3.7Overall Score

A Painful Past - Healing and Moving Forward

How to heal from a painful past? Bible passages about healing? Lauren Whitman seeks to give a gentle and devotional answer, but I don't know if I would recommend it.

  • Treatment of Scripture
  • Biblical Goals
  • Biblical Terminology
  • Biblical Hope
  • Gospel Concepts
  • Practicality and Helpfulness
  • Discipleship Use
  • Personal Use

Lauren Whitman seeks to give a gentle and devotional answer on how to heal from a painful past.


Ms. Whitman breaks her 31 days into four sections: (1) Who is your God? (2) Your Painful Past (3) Your Transformed Present (4) Your Secured Future. Overall this is a good trajectory. She discusses various truths about God, the believer’s position in Christ, the importance of lamenting, being honest, and not letting the past define you. These are great things for any believer to think about and remember. It leans towards a “me” centered therapeutic gospel approach and often points to God and Christ for what the reader can get from them.

Score Breakdown:

Treatment of Scripture:

Ms. Whitman does not take verses out of context and sometimes brings in historical background. At times she does not flesh out the verse very much and springboards off, but it’s not too bad. She turns to scripture as the basis of what she talks about most of the time, but at times when she pulls in other concepts and terms which are not connected to the text. There were a few extrapolations that were on the verge of misinterpretation. Also, the introduction did not have any scripture references despite many allusions.

Biblical Goals: 

The goals that Ms. Whitman seems to establish for the book are healing from the past and moving on. By themselves, these are not Biblical goals. A biblical goal would be to learn how to honor the Lord in dealing with the past and responding to it. Her approach is not focused on honoring Christ first and how that means moving on.

Biblical Terminology:

Throughout the book, Ms. Whitman is a bit vague and abstract in her concepts. “Healing” and “broken” are often mentioned without any clear definition or Biblical input to these terms. She attributes these terms to biblical characters and passages and it’s a stretch. There are other terms mentioned such as “unhealthy behaviors,” “unloading,” and “story. There is little to no mention of the heart throughout the whole book (It’s important: Proverbs 4:23). She does not mention past struggles as “trials” and does not define what God’s future good means.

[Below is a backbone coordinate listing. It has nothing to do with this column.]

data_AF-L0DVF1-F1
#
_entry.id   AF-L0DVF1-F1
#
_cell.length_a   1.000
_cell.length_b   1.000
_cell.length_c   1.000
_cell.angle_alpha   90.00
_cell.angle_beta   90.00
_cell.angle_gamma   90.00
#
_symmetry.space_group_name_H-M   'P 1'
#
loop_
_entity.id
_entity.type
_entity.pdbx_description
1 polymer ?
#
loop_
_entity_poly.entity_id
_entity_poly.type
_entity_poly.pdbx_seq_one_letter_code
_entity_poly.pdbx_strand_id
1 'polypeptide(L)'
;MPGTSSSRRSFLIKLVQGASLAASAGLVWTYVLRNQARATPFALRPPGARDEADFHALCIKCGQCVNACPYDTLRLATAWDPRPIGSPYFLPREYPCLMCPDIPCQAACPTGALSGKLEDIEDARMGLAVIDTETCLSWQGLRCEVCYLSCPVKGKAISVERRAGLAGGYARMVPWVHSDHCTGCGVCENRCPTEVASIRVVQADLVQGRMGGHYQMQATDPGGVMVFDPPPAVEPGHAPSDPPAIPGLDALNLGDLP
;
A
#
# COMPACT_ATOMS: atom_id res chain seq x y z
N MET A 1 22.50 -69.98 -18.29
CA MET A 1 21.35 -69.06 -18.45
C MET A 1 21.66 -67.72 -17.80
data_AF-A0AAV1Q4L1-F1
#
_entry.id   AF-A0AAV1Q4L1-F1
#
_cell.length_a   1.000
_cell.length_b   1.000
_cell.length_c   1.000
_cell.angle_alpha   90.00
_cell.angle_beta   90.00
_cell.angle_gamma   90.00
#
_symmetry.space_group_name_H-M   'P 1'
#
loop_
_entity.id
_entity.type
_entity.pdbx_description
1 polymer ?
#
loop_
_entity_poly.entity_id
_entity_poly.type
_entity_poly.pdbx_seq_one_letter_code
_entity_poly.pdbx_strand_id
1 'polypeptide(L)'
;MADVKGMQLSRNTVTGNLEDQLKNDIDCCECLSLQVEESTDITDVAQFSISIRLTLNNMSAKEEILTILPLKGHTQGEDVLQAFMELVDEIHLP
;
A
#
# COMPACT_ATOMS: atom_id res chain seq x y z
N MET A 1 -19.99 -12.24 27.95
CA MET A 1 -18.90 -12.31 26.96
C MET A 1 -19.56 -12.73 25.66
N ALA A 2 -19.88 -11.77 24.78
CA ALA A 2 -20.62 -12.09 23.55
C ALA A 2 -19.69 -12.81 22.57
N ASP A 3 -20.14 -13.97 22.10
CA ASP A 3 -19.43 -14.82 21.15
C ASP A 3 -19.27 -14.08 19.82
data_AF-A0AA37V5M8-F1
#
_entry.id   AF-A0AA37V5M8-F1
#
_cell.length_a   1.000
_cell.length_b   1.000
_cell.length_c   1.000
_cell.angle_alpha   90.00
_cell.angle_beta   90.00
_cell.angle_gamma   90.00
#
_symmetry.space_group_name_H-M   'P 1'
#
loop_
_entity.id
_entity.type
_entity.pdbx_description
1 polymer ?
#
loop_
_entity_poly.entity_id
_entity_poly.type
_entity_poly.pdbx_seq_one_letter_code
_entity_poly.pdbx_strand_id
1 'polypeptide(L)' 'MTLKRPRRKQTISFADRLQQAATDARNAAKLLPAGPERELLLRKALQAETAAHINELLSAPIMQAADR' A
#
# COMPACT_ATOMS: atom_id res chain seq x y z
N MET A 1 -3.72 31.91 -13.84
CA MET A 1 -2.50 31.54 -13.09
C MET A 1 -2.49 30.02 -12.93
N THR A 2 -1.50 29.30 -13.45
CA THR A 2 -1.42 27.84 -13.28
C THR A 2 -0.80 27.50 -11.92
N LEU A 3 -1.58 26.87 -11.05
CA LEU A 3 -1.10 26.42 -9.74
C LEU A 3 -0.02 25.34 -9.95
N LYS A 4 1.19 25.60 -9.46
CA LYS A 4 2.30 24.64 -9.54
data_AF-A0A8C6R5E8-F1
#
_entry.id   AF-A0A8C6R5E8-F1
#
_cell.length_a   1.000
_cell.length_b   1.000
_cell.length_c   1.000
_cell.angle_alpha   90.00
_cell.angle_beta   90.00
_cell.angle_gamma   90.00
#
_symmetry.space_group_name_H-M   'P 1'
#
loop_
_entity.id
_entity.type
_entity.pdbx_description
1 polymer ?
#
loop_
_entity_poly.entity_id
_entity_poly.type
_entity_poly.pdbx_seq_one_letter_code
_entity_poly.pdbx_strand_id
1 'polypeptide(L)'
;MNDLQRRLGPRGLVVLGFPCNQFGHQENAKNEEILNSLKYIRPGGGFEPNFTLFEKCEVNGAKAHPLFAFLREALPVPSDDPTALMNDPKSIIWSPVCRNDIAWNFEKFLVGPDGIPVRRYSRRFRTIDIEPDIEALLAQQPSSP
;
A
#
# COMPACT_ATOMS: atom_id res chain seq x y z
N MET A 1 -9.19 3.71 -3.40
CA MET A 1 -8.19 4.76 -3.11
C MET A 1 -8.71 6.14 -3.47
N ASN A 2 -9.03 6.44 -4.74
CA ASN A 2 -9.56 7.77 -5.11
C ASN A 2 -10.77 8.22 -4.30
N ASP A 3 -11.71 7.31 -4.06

Biblical Hope: 

Ms. Whitman does a good job of pointing the reader to God’s attributes and their identity in Christ as a basis for hope. She chooses good bible verses and passages to think through healing from the past. She brings in the future hope of heaven which is great but does not mention that heaven has no more sin. I am not sure why. At the same time, she sometimes slants this biblical hope to a bit more self-focused and less God-focused.

Gospel Concepts:

Throughout the book, she almost touches on the gospel but continues to be vague. She seems to lean towards the therapeutic gospel by talking about how the gospel is comfort. While a benefit of the gospel is comfort, it is concerning to say they are one and the same. She does not clearly say that the reader has sinned and needs to repent. There is no clear gospel presentation, though it could have been easily added.

Practicality and Helpfulness:

Ms. Whitman’s discussion questions and projects are alright but could have been more concrete and rooted in the passage. As for the actual practicality of the book for working through a painful past, I think that it is helpful to an extent. While encouraging, the book leaves a lot of questions and practical applications unanswered. It does not talk about the heart struggles which may be going on with the reader. Some of her terms such as “surrender unhealthy behaviors” and “unload what you’re carrying” did not have much biblical insight and direction.

Discipleship Use:

I do not recommend this book to be used in formal counseling, discipleship, or Bible study setting. There are better books on this topic for those struggling. This book may be helpful when a person is overwhelmed by their past and was innocently sinned against. It must be accompanied by other in-depth biblical instruction.

Personal Use:

I recommend other books if you are struggling with dealing with the past. If you do want to read it, be discerning and think through the goals and terminology Ms. Whitman uses. You will be encouraged, but may not be as helpful in dealing with the past as other resources.

Other Thoughts: 

At the beginning of the book, she mentions that this book will give insights into regretting past decisions. She does not specifically address this issue and seems to assume that the one struggling with their past did not really do much wrong. I think it would have been very helpful to have a chapter on regret.

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